Van Sant had been interested in making a film about the Columbine shootings ever since the tragedy occurred on April 20, 1999. He had approached Harmony Korine initially to write a screenplay for a fictional film that dealt with Columbine and the issue of high school violence, but Korine wound up getting side-tracked by other projects and never actually produced a script. Van Sant then turned to the novelist JT LeRoy, whose first novel, Sarah (2001), he was also attempting to make into a film.12 In developing the script for what would become Elephant, LeRoy conceived of the Home Box Office-produced film as “a series of interconnecting vignettes, with one story leading to another.”13 Van Sant describes the end result:

What he [LeRoy] wrote was not even about a school shooting, it was about different types of high school violence. There was some bullying, there was a kid carrying around a gun in a book. There was a girl who had been cutting her legs and her arms, so she wore these long pants to gym class and the teacher was angry with her for wearing long pants. There were flashbacks to Indian torture and things like that that this girl had in her head. There was a huge piece in the middle, like a 30-minute scene of a very animated teacher who gets the class into a huge discussion about school violence.14

With pressure coming from the film’s producer, Diane Keaton, to begin production on the project, Van Sant told Filmmaker that he didn’t think he could proceed with “this particular script.”15 Consequently, he decided to abandon LeRoy’s screenplay in favor of a more improvisational and structural approach to the Columbine material, one that he had already experimented with in his previous film, Gerry (2002). Instead of a script, Van Sant relied on a written outline: “I pretty much had it in my head, but there was [an] outline. But the outline [of] the day’s shooting would be something like a sentence, maybe a few sentences, and not a number of pages.”16 In addition, Van Sant allowed his non-professional cast of Portland teenagers to improvise their lines, thereby collapsing the divide between actor and role – a technique pioneered by John Cassavetes in Shadows and later utilized by Richard Linklater in Slacker. He also created an intricate and complex temporal structure that weaves together the lives of the various characters, sometimes repeating the same event from another character’s perspective in a manner similar to what occurs in Doug Liman’s Go (1999).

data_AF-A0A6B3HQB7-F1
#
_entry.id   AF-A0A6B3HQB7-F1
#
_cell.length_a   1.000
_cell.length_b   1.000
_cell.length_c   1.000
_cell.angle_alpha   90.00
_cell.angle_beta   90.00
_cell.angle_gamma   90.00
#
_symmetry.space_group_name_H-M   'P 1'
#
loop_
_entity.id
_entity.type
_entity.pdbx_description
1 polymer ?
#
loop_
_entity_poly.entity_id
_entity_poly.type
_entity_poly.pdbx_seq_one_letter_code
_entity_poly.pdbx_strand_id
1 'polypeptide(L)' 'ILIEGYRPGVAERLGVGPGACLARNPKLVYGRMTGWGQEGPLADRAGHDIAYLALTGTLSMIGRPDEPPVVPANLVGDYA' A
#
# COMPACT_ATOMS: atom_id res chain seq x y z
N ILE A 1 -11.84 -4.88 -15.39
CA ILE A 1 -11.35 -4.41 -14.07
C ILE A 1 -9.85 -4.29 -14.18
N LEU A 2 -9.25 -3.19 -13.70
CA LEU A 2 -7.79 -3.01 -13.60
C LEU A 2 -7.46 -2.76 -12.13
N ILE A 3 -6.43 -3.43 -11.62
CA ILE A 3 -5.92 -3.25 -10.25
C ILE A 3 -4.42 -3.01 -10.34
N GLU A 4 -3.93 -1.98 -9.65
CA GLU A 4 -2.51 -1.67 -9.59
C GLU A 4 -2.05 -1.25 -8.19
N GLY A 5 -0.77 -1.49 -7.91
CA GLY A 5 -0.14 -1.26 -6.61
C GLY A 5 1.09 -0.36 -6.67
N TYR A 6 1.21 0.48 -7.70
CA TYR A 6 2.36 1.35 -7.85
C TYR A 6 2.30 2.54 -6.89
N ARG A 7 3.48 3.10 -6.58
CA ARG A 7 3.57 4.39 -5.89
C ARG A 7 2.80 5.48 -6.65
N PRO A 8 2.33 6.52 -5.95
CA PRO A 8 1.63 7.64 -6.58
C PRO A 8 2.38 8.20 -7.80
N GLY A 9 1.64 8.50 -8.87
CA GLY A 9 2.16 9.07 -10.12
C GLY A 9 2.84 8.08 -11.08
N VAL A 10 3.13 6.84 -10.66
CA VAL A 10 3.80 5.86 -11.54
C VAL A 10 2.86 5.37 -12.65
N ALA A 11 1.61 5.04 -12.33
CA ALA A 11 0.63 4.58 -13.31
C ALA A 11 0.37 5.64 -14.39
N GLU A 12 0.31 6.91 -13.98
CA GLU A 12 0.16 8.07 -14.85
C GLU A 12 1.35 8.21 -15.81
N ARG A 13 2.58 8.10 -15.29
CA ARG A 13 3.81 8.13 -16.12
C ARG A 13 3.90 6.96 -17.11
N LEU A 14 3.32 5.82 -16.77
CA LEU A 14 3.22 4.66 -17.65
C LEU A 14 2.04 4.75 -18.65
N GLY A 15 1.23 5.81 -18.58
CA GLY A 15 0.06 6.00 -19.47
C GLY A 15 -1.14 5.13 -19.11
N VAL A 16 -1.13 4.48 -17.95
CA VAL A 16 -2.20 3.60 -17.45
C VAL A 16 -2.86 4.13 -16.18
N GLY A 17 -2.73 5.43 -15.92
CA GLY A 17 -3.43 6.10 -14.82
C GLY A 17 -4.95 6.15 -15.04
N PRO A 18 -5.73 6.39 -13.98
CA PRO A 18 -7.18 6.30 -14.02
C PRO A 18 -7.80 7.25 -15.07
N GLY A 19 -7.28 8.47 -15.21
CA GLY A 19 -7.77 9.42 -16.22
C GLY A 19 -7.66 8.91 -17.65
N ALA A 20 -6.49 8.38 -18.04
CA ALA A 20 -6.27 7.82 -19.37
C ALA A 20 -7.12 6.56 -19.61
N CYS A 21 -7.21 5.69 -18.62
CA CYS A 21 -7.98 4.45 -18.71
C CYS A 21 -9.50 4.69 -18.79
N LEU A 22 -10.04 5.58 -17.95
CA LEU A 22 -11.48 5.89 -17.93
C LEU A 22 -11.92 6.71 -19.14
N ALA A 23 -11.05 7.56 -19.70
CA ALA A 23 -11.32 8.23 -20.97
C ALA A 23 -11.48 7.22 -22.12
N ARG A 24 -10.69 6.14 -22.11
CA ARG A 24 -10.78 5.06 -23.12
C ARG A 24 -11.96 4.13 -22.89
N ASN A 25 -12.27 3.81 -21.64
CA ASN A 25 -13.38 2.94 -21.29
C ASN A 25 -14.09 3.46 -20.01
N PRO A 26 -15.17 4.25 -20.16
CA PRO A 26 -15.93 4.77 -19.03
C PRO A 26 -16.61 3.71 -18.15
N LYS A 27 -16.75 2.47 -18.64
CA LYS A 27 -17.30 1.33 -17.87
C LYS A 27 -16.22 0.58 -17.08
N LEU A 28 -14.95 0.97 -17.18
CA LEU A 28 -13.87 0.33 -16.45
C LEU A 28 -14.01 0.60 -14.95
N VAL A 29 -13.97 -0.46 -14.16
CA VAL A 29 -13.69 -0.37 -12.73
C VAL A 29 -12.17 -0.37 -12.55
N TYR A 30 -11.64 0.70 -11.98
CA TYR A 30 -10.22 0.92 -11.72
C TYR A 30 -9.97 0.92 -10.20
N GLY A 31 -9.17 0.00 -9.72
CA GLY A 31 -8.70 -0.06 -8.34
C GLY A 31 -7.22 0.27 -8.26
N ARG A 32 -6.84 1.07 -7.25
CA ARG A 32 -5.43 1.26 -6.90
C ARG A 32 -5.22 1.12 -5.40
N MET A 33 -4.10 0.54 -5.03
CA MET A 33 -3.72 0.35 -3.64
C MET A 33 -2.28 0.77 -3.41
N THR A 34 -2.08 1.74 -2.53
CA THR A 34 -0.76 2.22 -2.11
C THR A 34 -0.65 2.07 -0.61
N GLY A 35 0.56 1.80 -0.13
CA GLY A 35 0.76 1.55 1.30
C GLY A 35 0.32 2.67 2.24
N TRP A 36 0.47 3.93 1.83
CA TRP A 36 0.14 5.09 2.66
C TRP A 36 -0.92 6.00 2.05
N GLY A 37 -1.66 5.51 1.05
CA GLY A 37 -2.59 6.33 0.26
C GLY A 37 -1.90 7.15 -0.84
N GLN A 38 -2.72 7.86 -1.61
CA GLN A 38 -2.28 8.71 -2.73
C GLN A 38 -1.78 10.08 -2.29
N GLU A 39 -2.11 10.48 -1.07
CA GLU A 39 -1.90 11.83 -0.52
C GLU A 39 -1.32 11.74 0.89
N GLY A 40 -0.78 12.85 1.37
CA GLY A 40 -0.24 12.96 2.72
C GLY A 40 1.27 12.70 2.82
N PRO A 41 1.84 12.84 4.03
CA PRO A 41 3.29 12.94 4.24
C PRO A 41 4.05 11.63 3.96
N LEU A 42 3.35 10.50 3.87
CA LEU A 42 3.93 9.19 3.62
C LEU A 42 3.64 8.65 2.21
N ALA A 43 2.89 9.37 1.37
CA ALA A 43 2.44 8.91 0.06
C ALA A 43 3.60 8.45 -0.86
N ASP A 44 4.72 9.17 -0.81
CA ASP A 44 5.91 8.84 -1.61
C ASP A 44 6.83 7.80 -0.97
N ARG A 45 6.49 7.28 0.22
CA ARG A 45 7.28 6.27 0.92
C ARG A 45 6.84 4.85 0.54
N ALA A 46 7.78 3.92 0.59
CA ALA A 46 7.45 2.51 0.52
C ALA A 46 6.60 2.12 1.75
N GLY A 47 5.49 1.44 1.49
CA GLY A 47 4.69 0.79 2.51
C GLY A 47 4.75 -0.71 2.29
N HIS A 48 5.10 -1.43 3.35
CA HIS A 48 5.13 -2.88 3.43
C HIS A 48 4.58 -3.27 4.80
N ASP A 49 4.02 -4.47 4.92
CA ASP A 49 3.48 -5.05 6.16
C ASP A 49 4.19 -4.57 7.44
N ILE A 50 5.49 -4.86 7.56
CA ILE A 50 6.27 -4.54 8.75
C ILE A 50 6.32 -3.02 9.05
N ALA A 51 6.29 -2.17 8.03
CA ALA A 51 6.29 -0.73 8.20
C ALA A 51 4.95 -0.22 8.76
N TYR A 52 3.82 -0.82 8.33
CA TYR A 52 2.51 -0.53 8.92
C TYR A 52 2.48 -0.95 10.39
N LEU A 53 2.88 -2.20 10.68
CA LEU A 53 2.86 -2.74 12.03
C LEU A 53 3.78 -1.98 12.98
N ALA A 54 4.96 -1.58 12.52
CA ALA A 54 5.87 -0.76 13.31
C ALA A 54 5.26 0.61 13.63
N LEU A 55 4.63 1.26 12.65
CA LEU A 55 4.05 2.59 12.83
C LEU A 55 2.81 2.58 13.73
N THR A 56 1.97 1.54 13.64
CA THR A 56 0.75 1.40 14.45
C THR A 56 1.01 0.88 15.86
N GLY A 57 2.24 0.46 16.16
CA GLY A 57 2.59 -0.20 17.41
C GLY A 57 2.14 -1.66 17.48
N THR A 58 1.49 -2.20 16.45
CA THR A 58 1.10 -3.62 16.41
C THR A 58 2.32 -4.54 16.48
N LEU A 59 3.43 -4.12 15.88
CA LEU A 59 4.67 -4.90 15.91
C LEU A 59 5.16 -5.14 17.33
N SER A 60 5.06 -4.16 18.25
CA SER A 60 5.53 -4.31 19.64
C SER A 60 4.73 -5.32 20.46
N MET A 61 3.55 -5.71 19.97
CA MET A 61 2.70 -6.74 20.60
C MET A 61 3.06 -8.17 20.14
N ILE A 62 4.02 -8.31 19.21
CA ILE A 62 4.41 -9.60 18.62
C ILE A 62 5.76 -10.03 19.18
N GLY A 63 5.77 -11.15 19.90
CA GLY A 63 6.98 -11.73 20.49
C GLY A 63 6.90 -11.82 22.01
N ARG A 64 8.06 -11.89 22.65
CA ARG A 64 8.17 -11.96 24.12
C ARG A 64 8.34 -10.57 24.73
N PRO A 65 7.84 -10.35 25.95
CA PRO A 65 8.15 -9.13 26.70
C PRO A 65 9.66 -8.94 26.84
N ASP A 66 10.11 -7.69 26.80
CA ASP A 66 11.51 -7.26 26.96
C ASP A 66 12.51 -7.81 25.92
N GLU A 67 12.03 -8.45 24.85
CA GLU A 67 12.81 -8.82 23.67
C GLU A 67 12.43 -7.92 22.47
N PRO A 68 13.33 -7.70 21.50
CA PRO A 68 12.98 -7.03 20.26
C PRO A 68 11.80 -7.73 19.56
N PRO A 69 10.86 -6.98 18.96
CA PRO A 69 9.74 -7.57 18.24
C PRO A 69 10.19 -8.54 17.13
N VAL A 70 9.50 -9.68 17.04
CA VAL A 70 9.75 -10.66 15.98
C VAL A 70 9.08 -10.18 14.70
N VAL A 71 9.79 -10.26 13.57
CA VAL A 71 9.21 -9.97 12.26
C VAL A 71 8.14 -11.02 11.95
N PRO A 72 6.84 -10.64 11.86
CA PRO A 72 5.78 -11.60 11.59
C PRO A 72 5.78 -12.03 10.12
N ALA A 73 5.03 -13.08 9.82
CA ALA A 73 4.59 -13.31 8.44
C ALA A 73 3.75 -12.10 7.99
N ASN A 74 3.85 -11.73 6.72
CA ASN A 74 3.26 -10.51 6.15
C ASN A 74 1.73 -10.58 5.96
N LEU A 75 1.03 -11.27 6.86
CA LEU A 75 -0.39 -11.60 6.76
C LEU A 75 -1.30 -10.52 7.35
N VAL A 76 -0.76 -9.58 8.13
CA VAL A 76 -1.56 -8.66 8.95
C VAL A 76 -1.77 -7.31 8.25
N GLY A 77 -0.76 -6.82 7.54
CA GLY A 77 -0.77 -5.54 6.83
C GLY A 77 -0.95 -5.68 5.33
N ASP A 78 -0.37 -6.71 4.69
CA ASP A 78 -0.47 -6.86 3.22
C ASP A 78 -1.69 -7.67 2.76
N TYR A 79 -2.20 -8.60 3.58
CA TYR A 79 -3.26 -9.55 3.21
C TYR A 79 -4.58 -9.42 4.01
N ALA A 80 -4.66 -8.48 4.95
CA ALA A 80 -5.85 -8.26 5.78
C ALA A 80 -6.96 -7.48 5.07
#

1. Jonas Mekas, “Shoot The Screenwriters,” Village Voice (25 November 1959). Reprinted in Movie Journal: The Rise of a New American Cinema, 1959– 1971 (New York: Collier Books, 1972), 6-7.
  2. Jonathan Rosenbaum, “The Savage Eye/Shadows,” in The American New Wave 1958– 1967 (Minneapolis: Walker Art Center, 1982), 32.
  3. Cassavetes quoted in Stephanie Watson, “Spontaneous Cinema? In the Shadows with John Cassavetes,” in Naked Lens: Beat Cinema, ed. Jack Sargeant (London: Creation Books, 1997), 61-62. Watson cites Colin Young and Gideon Brachmann [sic] in “New Wave – Or Gesture,” Film Quarterly, 14, 3 (Spring 1961): 7.
  4. Ibid., 62
  5. Ray Carney, “No Exit: John Cassavetes’ Shadows,” in Beat Culture and the New America 1950-1965, ed. Lisa Phillips (New York and Paris: Whitney Museum of American Art in Association with Flammarion, 1995), 236.
  6. Jonas Mekas, “Two Versions of Shadows,” Village Voice (27 January 1960) reprinted in Movie Journal: The Rise of a New American Cinema, 1959– 1971, 10. Although the missing first version has finally been located, the only version available remains the second version. For a discussion of the continuing controversy surrounding Shadows, see Tom Charity, “Open Ear Open Eye,” Sight & Sound, 14, 3 (March, 2004): 26– 28. According to Charity, Mekas has softened his position on the second version.
  7. “The First Independent Film Award” in Appendix, Film Culture Reader, ed. P. Adams Sitney (New York and Washington: Praeger Publishers, 1970), 423.
  8. Mekas, “Two Versions of Shadows,” 10.
  9. Van Sant quoted in Jeffrey M. Somogyi, “Flying Blind,” Screenwriter Magazine, XII, 4: 28.
  10. Ibid.
  11. Ibid.
  12. In October of 2005, JT LeRoy was revealed to be a literary hoax. Rather than a gay teenage literary sensation, LeRoy turns out to be a pseudonym for an older woman named Laura Alpert. See Stephen Beachy, “Who Is the Real JT LeRoy?” New York Magazine 38, 36 (17 October 2005): 30.
  13. See “Conception,” Elephant Publicity Materials, http://www.elephantmovie.com/production /2conception.html. http://www.elephantmvie.com/
  14. Van Sant quoted in Scott Macaulay, “Tracking Shots,” Filmmaker, 12, 1 (Fall 2003): 44.
  15. Ibid.
  16. Van Sant quoted in Somogyi, 28.